10 Embarrass Presentation Situations

Handling Embarrass Presentation Situations – What can you do?

Even the most prepared and experienced speakers encounter unforeseen and embarrassing situations during their presentations.  Today, I will share tips on how to handle some of these awkward moments.

Handling Embarrassing Presentations Situations
Embarrass Presentations Situations are sometimes inevitable. (Photo Source: Photo by Anna Shvets from Pexels)

Situation #1 – You are late for the event

When your alarm clock refuses to trigger, and you are late for the session. You walked in and apologized sincerely. You may suggest giving the audience an extended break to make it up.

Situation #2 – Unable to locate your PowerPoint file on your laptop

You don’t have to tell the audience that you misplaced your file.  Conduct a spontaneous activity, follow by a debrief.  Interact with the audience to buy time.  You may get someone to email you the PowerPoint or rush home to take it during the break.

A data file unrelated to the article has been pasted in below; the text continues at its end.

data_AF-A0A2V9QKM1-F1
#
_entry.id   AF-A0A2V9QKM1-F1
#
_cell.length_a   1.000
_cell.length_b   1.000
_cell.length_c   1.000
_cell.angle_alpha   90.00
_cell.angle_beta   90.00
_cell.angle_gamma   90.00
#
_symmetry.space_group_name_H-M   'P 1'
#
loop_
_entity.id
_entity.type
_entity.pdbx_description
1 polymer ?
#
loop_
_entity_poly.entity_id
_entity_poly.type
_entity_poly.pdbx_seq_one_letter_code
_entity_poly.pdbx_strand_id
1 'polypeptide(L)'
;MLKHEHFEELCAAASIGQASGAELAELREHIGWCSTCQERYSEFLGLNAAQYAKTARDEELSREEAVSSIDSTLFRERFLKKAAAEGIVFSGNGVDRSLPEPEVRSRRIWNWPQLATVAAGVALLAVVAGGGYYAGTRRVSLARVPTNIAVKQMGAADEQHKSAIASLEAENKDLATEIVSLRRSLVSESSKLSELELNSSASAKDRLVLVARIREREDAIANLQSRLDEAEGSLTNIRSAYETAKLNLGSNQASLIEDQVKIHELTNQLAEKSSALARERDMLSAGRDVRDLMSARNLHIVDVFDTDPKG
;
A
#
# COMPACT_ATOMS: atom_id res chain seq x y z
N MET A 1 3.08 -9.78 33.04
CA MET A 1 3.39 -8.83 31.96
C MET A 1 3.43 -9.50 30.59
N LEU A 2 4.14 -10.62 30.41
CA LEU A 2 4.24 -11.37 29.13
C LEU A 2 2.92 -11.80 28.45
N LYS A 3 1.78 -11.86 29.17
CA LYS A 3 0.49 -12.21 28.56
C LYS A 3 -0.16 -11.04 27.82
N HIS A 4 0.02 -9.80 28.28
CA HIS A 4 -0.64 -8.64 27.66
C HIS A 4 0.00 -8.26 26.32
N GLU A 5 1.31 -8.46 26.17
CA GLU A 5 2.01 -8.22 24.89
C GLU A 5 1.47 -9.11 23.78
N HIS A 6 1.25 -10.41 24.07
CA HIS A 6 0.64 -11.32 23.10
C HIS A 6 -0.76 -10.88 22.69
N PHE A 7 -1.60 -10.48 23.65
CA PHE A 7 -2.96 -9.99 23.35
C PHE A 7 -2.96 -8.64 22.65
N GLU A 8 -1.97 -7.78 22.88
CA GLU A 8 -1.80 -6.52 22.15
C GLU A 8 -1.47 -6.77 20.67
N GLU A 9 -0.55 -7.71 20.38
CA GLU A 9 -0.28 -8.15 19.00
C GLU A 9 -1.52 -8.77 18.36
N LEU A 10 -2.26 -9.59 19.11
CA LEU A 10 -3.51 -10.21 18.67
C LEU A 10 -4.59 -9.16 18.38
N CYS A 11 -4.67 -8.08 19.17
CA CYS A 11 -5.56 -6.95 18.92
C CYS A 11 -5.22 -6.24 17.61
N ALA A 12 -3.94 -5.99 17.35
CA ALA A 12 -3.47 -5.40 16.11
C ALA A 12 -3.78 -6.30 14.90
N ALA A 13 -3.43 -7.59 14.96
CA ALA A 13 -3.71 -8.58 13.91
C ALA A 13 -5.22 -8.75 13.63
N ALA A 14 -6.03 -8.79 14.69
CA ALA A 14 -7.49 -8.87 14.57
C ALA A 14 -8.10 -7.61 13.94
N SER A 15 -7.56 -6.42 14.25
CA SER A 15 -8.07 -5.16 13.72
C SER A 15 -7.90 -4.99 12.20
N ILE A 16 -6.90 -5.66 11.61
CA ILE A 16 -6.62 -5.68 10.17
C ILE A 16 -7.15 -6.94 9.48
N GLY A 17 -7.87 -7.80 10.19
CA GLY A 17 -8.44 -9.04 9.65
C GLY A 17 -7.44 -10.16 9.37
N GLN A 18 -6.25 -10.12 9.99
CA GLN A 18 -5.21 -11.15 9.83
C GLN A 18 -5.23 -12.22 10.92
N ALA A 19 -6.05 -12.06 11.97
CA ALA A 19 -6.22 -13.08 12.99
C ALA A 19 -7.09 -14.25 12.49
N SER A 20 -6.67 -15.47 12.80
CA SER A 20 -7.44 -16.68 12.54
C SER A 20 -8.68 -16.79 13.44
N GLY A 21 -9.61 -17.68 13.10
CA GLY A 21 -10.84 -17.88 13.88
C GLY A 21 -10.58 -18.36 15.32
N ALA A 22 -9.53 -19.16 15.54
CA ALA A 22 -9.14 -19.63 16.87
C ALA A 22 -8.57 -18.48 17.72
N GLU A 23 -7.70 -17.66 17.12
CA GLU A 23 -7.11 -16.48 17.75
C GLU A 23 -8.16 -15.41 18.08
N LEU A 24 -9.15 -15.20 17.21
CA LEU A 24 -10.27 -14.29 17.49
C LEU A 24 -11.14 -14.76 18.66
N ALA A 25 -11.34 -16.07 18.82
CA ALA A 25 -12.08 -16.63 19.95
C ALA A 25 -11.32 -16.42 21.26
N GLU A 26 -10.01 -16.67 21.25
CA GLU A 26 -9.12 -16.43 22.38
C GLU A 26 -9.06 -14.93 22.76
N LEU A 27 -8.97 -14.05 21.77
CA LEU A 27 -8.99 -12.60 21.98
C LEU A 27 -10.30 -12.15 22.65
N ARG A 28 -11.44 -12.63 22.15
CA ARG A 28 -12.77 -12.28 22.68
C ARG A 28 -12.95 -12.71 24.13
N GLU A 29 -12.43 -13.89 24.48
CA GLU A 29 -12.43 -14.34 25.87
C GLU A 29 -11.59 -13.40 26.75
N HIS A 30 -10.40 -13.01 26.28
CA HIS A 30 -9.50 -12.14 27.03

Situation #3 – Misaligned PowerPoint slides

Just ignore it.  If the PowerPoint is seriously misaligned, present without the PowerPoint and do some interactive activities.  Realign the slides during the break.

Some Medications Can Affect The Vibrations Of Vocal Folds.

Situation #4 – You lost your voice

Invest in a small mobile PA system.  If the venue does not provide you with any speakers, at least you know you are covered. Use voice dynamics in your presentations to captivate your audience.

Situation #5 – Audience looking at their laptop or mobile phone

Set some ground rules from the start that no laptop is allowed during the session.  This audience behavior is very contagious.  When one starts with the laptop, the rest will follow. Talk about something interesting to bring their attention off the laptop.  You may tell a story or share an experience.

Situation #6 – Audience asked unprepared and unexpected questions